We all probably agree that data science is probably one of the fastest-changing fields in US today, and what was state-of-the-art last year might have subtly become obsolete.
Some of these trends are hard to miss – for example the growing supply of (not always prime quality) data scientists from some less-than-reputable bootcamps, as well as the general rise in the number (and scope) of companies comfortably talking about how big data or artificial intelligence is in their very immediate plans.
Everyone’s a Data Scientist
However, there’s a less-discussed trend that could still have major ramifications for the data scientist hiring market in 2017 and beyond – data scientists are coming from a wider range of educational and professional backgrounds.
This is always been a factor to some extent, but especially in 2017 as some data scientist training programs are making major efforts to promote the data scientist career path in general, the diversity of people’s backgrounds within data science has probably never been larger.
This can be both good and bad – the good news is that it doesn’t hurt to be drawing from the expertise of people with very non-standard perspectives, especially when attacking projects and problems that have remained stagnant for some time.
Less Qualified Candidates
However, the less optimistic perspective is the barrier to entry has been substantially lowered – it’s not at all uncommon to see people with essentially no real data scientist training or background to be marketing themselves as such.
Longer term, this could lead to a shrinking gap in pay between data analysts and data scientists. In any case, some employers (especially from larger companies) have started to become much more stringent on formal or traditional requirements for data scientist positions, for better or worse.
It’s an odd situation as probably the vast majority of companies, when asked if there is a large enough of qualified data scientists available, most would say no, there is not enough.
Demand for data-savvy employees is far outstripping the available supply -McKinsey Global Institute Report, 2016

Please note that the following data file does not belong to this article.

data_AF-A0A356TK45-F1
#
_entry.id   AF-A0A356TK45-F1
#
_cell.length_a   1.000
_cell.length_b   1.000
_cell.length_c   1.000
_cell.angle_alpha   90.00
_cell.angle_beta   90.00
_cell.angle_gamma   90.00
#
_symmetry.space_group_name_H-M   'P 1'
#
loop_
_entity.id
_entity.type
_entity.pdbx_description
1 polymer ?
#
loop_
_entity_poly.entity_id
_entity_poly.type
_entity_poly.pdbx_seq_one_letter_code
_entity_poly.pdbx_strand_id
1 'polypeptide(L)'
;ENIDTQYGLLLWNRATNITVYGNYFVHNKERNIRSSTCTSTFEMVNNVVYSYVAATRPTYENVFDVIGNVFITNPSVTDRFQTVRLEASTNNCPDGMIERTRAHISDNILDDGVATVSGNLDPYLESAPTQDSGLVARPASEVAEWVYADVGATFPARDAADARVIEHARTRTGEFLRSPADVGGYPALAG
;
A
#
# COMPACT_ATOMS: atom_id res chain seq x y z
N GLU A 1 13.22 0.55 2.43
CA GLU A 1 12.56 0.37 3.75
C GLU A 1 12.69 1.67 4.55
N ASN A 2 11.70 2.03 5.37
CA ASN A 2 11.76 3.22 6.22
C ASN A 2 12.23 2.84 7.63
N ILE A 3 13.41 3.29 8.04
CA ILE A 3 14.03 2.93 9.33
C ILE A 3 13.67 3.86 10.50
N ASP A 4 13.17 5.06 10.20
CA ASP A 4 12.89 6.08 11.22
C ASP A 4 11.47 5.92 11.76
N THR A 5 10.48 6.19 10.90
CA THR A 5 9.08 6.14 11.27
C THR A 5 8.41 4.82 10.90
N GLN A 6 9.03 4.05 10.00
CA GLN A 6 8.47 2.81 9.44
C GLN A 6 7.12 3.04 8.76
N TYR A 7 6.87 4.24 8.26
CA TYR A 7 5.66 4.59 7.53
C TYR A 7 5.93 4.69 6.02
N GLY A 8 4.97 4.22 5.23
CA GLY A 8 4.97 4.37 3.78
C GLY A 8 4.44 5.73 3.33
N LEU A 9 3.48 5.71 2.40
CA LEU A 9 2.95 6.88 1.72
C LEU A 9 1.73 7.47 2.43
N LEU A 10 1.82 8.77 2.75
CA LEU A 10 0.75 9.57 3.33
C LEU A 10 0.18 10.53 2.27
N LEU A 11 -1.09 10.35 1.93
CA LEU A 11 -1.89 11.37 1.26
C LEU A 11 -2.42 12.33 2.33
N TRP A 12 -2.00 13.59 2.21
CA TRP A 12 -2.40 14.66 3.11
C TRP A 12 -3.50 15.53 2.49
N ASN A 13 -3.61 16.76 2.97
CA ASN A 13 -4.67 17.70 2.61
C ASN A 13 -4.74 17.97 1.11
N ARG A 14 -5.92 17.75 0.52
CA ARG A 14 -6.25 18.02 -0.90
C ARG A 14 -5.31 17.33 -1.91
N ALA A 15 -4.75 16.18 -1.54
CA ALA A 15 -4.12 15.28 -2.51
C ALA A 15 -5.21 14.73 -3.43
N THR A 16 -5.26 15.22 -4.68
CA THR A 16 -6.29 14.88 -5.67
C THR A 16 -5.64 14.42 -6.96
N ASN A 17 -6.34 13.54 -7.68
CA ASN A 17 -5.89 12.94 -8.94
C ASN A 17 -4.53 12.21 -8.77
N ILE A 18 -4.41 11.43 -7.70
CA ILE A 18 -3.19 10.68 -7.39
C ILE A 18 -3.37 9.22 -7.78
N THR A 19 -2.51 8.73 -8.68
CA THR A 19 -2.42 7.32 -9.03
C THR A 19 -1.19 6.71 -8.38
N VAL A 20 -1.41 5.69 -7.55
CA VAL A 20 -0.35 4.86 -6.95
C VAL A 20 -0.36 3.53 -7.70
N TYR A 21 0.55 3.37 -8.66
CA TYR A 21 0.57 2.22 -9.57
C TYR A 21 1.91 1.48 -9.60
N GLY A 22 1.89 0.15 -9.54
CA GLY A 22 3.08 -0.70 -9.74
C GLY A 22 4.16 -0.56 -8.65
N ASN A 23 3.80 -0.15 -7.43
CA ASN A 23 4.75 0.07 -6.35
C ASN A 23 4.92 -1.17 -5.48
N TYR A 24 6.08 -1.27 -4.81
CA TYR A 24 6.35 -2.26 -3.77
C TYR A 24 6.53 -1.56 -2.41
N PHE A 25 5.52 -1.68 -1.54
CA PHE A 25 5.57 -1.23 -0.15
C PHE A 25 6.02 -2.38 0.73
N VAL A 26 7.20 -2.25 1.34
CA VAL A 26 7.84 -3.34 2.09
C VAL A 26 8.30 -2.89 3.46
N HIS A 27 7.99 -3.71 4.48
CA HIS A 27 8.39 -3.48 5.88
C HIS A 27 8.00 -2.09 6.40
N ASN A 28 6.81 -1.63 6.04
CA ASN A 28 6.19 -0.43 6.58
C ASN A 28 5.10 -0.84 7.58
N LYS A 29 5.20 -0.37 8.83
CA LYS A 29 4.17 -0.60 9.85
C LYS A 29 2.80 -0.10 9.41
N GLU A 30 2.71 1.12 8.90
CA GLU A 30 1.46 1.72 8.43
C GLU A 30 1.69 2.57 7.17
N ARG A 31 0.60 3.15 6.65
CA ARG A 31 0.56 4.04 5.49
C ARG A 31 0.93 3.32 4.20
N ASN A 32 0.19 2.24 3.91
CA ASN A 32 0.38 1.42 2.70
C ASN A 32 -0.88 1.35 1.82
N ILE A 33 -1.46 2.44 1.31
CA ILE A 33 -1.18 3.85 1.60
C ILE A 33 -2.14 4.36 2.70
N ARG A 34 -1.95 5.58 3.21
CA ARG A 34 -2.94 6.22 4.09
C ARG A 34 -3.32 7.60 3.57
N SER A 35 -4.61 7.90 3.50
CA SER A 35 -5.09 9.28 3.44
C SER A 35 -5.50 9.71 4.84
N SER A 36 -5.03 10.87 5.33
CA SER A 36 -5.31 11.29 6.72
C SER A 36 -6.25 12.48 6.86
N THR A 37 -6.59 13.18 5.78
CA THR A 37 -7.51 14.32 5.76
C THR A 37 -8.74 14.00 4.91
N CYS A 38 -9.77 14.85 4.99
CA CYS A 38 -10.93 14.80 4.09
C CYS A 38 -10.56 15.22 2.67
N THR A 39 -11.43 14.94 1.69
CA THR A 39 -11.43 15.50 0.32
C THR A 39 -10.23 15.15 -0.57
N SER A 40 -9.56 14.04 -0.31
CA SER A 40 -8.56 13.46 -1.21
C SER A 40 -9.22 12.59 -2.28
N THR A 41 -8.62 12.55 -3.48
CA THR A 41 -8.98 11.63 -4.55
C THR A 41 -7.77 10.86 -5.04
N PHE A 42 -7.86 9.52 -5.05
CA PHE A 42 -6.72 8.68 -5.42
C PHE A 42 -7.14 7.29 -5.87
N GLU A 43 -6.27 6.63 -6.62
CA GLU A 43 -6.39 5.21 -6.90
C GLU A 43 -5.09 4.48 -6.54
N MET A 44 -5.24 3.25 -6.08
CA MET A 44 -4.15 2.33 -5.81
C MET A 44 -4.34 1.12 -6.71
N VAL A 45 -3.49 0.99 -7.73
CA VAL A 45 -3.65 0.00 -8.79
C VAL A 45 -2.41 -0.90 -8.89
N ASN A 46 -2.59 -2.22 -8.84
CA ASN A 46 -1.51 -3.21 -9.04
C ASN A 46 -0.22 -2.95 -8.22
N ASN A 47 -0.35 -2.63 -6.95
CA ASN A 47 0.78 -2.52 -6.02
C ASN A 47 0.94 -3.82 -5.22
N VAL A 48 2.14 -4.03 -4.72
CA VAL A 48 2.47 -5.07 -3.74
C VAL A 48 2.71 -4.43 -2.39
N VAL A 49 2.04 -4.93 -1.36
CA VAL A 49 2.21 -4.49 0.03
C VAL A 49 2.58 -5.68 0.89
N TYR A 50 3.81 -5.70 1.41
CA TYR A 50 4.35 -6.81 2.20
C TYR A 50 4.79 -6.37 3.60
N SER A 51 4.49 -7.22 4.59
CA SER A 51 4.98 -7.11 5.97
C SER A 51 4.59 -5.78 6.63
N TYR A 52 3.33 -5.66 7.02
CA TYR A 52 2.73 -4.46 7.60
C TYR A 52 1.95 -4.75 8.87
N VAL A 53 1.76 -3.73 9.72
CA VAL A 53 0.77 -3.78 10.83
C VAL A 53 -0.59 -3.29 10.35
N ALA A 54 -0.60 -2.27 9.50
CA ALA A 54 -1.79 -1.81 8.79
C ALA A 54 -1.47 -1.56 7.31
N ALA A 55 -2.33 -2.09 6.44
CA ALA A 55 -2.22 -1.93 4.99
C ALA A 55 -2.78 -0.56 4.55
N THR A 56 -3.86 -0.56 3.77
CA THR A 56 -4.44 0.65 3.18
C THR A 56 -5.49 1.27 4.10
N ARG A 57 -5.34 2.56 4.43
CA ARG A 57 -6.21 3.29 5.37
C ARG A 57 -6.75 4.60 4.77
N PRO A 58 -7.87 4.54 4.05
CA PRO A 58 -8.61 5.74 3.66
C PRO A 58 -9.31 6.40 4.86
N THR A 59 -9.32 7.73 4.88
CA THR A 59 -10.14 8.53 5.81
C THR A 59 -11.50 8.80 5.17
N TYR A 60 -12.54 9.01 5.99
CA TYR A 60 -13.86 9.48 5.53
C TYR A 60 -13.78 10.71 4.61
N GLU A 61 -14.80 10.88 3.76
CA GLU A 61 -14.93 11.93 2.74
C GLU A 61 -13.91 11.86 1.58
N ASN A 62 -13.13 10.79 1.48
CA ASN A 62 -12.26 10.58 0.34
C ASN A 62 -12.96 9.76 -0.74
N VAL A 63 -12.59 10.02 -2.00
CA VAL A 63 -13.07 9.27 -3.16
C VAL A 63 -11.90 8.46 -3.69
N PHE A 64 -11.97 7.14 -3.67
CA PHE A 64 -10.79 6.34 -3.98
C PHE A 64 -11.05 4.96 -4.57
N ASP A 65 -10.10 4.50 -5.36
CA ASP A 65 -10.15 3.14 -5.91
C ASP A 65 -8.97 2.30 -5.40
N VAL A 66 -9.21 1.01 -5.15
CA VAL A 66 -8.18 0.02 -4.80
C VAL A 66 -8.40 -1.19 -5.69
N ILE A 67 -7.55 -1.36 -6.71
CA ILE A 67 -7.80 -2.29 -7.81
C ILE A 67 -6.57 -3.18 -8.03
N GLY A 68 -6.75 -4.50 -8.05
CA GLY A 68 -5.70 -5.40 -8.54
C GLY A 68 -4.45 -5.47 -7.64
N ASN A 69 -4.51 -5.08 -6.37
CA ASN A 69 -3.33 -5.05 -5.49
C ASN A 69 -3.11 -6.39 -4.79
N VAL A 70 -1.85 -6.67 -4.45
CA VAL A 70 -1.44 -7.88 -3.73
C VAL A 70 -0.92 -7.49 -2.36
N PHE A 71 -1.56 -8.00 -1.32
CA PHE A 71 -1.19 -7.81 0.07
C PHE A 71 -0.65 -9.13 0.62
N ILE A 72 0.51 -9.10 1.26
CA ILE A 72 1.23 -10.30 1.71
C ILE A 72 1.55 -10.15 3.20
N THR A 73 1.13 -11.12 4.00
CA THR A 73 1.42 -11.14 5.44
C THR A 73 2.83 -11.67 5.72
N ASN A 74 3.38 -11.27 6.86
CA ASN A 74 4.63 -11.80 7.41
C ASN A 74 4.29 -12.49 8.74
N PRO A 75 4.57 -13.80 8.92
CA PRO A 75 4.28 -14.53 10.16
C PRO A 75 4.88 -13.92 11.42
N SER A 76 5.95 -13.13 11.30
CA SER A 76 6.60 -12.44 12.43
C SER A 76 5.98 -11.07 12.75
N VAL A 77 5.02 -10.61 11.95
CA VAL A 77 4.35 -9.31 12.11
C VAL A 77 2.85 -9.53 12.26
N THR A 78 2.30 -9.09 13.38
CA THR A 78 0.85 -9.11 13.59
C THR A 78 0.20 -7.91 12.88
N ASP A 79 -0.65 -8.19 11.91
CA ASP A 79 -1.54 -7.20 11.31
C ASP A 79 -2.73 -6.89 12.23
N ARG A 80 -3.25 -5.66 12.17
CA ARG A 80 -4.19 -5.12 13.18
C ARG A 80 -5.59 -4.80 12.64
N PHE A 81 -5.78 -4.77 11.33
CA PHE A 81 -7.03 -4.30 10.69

However, the key words here being ‘qualified’ and ‘available’ – most of those same companies would say that that there is no lack of data scientists that are either (a) available or (b) qualified. In other words, in the dating world, we’d say there are a lot of single people, a lot of attractive people, but not a lot of single, attractive people.
Companies Raising the Bar
So why are many companies, who are struggling to attract top data scientists, simultaneously raising the bar? Well for one, they don’t really have a choice – many would agree that making a bad hire is worse than making no hire at all.
On the other hand, one has to wonder why, if companies are complaining so much about the lack of available talent in the data scientist market, we haven’t yet seen a marked upward shift in pay in the upper half of the data scientist market.
In any case, going forward, we can expect to see a steady stream of new people claiming to be highly qualified data scientists, and a steady stream of companies discussing the acute shortage of available talent. I personally don’t have a solution, but one thing I’d like to see is the average duration of data science bootcamps to at least double.
The complaints that many large companies have about the skills of data science bootcamp grads aren’t of some mystical variety – the (at least partial) fix could be adding substantially more time into the training programs to more thoroughly teach the fundamentals of computer science.
Realistically, we probably won’t see much short-term resolution unless the students are willing to pay much higher tuition rates or the salary-based-tuition-repayment programs are willing to take on much more duration risk.